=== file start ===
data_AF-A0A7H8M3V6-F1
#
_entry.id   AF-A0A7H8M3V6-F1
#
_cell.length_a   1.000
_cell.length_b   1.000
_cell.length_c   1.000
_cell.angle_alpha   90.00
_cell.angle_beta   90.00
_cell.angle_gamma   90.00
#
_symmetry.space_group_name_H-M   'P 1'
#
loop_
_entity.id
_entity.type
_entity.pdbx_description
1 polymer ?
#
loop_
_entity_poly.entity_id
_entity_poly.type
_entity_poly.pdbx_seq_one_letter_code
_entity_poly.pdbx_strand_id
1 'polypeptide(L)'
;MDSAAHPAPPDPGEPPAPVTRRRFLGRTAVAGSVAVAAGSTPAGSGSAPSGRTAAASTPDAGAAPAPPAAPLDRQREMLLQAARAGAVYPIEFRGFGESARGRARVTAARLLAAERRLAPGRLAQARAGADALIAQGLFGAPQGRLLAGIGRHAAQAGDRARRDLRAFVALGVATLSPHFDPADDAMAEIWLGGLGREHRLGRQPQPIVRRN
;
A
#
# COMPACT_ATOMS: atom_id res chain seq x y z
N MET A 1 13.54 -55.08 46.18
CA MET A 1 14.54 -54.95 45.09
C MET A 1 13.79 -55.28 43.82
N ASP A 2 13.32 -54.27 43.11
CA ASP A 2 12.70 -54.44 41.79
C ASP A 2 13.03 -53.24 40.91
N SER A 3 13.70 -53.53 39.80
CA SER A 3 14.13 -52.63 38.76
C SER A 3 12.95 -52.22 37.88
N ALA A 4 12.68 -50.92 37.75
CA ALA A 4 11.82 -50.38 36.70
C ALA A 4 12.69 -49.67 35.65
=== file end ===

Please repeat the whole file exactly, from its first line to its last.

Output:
data_AF-A0A7H8M3V6-F1
#
_entry.id   AF-A0A7H8M3V6-F1
#
_cell.length_a   1.000
_cell.length_b   1.000
_cell.length_c   1.000
_cell.angle_alpha   90.00
_cell.angle_beta   90.00
_cell.angle_gamma   90.00
#
_symmetry.space_group_name_H-M   'P 1'
#
loop_
_entity.id
_entity.type
_entity.pdbx_description
1 polymer ?
#
loop_
_entity_poly.entity_id
_entity_poly.type
_entity_poly.pdbx_seq_one_letter_code
_entity_poly.pdbx_strand_id
1 'polypeptide(L)'
;MDSAAHPAPPDPGEPPAPVTRRRFLGRTAVAGSVAVAAGSTPAGSGSAPSGRTAAASTPDAGAAPAPPAAPLDRQREMLLQAARAGAVYPIEFRGFGESARGRARVTAARLLAAERRLAPGRLAQARAGADALIAQGLFGAPQGRLLAGIGRHAAQAGDRARRDLRAFVALGVATLSPHFDPADDAMAEIWLGGLGREHRLGRQPQPIVRRN
;
A
#
# COMPACT_ATOMS: atom_id res chain seq x y z
N MET A 1 13.54 -55.08 46.18
CA MET A 1 14.54 -54.95 45.09
C MET A 1 13.79 -55.28 43.82
N ASP A 2 13.32 -54.27 43.11
CA ASP A 2 12.70 -54.44 41.79
C ASP A 2 13.03 -53.24 40.91
N SER A 3 13.70 -53.53 39.80
CA SER A 3 14.13 -52.63 38.76
C SER A 3 12.95 -52.22 37.88
N ALA A 4 12.68 -50.92 37.75
CA ALA A 4 11.82 -50.38 36.70
C ALA A 4 12.69 -49.67 35.65